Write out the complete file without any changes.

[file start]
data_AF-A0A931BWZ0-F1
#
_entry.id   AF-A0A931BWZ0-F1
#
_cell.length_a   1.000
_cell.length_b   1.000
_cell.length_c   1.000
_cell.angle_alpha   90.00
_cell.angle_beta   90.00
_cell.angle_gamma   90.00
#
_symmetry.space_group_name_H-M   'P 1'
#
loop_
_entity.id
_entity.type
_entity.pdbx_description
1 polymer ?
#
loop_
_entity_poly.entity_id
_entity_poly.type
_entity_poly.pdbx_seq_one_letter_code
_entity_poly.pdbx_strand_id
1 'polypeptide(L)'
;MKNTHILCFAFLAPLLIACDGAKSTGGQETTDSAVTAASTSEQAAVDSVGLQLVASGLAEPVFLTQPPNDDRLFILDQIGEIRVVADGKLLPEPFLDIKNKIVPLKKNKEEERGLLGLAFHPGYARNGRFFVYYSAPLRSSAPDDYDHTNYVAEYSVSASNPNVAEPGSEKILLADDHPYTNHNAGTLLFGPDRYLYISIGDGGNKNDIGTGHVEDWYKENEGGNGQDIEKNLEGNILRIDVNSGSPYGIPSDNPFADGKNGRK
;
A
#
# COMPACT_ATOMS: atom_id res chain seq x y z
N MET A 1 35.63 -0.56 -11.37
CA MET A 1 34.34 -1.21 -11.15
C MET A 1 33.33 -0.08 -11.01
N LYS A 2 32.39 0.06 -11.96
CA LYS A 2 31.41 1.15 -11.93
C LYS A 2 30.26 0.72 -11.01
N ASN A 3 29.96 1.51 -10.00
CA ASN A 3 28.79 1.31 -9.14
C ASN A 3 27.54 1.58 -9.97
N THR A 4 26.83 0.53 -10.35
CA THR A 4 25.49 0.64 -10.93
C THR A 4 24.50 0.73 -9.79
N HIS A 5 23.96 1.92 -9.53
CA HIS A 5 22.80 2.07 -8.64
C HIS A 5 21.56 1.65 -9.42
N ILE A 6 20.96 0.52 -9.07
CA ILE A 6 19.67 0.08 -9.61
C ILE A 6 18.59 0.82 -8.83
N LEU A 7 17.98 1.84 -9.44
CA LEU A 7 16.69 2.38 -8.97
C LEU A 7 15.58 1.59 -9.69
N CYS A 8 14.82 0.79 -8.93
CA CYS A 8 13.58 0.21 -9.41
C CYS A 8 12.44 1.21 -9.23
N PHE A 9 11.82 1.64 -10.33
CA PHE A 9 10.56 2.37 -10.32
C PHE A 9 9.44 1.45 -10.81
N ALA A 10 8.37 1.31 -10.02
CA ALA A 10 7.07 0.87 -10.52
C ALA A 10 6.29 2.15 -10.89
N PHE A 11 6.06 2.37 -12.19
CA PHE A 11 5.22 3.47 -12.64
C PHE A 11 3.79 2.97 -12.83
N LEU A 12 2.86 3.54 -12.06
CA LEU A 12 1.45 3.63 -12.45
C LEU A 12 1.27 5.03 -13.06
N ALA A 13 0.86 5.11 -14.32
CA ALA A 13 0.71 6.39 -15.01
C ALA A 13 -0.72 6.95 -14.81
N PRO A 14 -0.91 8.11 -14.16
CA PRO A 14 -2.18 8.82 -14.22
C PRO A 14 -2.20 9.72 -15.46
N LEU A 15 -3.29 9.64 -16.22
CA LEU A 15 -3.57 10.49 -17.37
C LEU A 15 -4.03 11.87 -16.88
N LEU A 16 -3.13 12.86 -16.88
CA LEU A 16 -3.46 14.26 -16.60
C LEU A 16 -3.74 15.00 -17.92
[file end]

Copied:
data_AF-A0A931BWZ0-F1
#
_entry.id   AF-A0A931BWZ0-F1
#
_cell.length_a   1.000
_cell.length_b   1.000
_cell.length_c   1.000
_cell.angle_alpha   90.00
_cell.angle_beta   90.00
_cell.angle_gamma   90.00
#
_symmetry.space_group_name_H-M   'P 1'
#
loop_
_entity.id
_entity.type
_entity.pdbx_description
1 polymer ?
#
loop_
_entity_poly.entity_id
_entity_poly.type
_entity_poly.pdbx_seq_one_letter_code
_entity_poly.pdbx_strand_id
1 'polypeptide(L)'
;MKNTHILCFAFLAPLLIACDGAKSTGGQETTDSAVTAASTSEQAAVDSVGLQLVASGLAEPVFLTQPPNDDRLFILDQIGEIRVVADGKLLPEPFLDIKNKIVPLKKNKEEERGLLGLAFHPGYARNGRFFVYYSAPLRSSAPDDYDHTNYVAEYSVSASNPNVAEPGSEKILLADDHPYTNHNAGTLLFGPDRYLYISIGDGGNKNDIGTGHVEDWYKENEGGNGQDIEKNLEGNILRIDVNSGSPYGIPSDNPFADGKNGRK
;
A
#
# COMPACT_ATOMS: atom_id res chain seq x y z
N MET A 1 35.63 -0.56 -11.37
CA MET A 1 34.34 -1.21 -11.15
C MET A 1 33.33 -0.08 -11.01
N LYS A 2 32.39 0.06 -11.96
CA LYS A 2 31.41 1.15 -11.93
C LYS A 2 30.26 0.72 -11.01
N ASN A 3 29.96 1.51 -10.00
CA ASN A 3 28.79 1.31 -9.14
C ASN A 3 27.54 1.58 -9.97
N THR A 4 26.83 0.53 -10.35
CA THR A 4 25.49 0.64 -10.93
C THR A 4 24.50 0.73 -9.79
N HIS A 5 23.96 1.92 -9.53
CA HIS A 5 22.80 2.07 -8.64
C HIS A 5 21.56 1.65 -9.42
N ILE A 6 20.96 0.52 -9.07
CA ILE A 6 19.67 0.08 -9.61
C ILE A 6 18.59 0.82 -8.83
N LEU A 7 17.98 1.84 -9.44
CA LEU A 7 16.69 2.38 -8.97
C LEU A 7 15.58 1.59 -9.69
N CYS A 8 14.82 0.79 -8.93
CA CYS A 8 13.58 0.21 -9.41
C CYS A 8 12.44 1.21 -9.23
N PHE A 9 11.82 1.64 -10.33
CA PHE A 9 10.56 2.37 -10.32
C PHE A 9 9.44 1.45 -10.81
N ALA A 10 8.37 1.31 -10.02
CA ALA A 10 7.07 0.87 -10.52
C ALA A 10 6.29 2.15 -10.89
N PHE A 11 6.06 2.37 -12.19
CA PHE A 11 5.22 3.47 -12.64
C PHE A 11 3.79 2.97 -12.83
N LEU A 12 2.86 3.54 -12.06
CA LEU A 12 1.45 3.63 -12.45
C LEU A 12 1.27 5.03 -13.06
N ALA A 13 0.86 5.11 -14.32
CA ALA A 13 0.71 6.39 -15.01
C ALA A 13 -0.72 6.95 -14.81
N PRO A 14 -0.91 8.11 -14.16
CA PRO A 14 -2.18 8.82 -14.22
C PRO A 14 -2.20 9.72 -15.46
N LEU A 15 -3.29 9.64 -16.22
CA LEU A 15 -3.57 10.49 -17.37
C LEU A 15 -4.03 11.87 -16.88
N LEU A 16 -3.13 12.86 -16.88
CA LEU A 16 -3.46 14.26 -16.60
C LEU A 16 -3.74 15.00 -17.92